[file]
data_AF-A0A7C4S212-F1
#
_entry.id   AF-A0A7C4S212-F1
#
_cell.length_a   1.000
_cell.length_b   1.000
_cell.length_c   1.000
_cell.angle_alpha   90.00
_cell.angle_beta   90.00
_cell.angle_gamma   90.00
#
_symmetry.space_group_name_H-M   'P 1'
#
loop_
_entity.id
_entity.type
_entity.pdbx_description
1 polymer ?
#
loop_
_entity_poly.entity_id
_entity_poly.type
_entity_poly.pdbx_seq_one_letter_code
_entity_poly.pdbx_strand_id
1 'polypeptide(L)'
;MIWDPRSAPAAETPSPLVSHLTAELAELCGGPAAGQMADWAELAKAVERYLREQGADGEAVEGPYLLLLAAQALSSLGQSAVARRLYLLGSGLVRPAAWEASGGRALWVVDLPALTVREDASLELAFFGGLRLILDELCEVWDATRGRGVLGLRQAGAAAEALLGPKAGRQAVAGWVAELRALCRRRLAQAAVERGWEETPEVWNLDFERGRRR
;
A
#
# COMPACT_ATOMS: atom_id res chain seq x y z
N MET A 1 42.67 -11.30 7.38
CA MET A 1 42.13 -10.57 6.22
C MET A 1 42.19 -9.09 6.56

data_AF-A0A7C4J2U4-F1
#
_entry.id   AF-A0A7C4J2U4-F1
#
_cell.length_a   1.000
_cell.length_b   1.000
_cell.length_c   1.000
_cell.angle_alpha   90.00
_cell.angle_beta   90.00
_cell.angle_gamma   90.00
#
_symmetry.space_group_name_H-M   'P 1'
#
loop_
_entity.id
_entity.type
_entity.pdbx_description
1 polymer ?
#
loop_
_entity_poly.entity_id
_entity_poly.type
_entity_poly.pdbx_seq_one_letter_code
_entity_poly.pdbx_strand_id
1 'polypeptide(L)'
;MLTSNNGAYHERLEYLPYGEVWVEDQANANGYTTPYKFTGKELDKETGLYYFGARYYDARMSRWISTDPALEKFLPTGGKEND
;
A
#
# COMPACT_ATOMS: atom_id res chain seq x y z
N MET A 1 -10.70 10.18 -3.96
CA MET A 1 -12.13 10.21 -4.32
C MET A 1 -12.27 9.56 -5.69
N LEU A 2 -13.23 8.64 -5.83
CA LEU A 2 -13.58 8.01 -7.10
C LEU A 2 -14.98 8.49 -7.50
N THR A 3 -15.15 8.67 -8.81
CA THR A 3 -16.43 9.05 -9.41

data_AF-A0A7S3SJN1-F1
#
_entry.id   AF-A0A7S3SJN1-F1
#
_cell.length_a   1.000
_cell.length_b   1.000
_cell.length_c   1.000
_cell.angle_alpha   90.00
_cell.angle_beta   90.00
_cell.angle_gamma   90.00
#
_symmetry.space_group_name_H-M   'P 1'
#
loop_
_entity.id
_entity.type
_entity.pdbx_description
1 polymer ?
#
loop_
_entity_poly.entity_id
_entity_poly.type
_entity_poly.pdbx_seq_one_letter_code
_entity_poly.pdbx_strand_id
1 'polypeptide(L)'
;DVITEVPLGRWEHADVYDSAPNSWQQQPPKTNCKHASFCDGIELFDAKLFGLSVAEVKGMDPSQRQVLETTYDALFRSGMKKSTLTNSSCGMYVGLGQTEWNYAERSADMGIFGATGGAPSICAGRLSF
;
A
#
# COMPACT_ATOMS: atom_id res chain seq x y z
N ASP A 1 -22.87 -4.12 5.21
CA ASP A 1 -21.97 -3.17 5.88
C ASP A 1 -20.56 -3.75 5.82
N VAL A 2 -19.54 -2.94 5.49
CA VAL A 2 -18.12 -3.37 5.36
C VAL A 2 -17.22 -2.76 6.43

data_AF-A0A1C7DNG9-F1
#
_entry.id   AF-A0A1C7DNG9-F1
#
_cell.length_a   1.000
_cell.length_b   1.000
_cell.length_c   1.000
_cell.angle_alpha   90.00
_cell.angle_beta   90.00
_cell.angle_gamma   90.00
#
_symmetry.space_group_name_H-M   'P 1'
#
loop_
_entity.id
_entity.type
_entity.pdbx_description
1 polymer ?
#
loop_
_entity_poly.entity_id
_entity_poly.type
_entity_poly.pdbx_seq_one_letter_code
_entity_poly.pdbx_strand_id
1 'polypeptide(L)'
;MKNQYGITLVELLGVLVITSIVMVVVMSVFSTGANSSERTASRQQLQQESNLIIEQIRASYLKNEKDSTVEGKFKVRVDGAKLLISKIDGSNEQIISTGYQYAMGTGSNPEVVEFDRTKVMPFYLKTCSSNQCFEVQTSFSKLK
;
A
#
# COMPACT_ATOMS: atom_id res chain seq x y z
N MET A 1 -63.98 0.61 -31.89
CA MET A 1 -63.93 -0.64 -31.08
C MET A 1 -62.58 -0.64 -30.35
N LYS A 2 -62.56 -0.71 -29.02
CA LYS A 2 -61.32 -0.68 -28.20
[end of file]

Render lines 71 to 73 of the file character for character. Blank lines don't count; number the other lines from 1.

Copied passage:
CA THR A 3 -16.43 9.05 -9.41

data_AF-A0A7S3SJN1-F1
#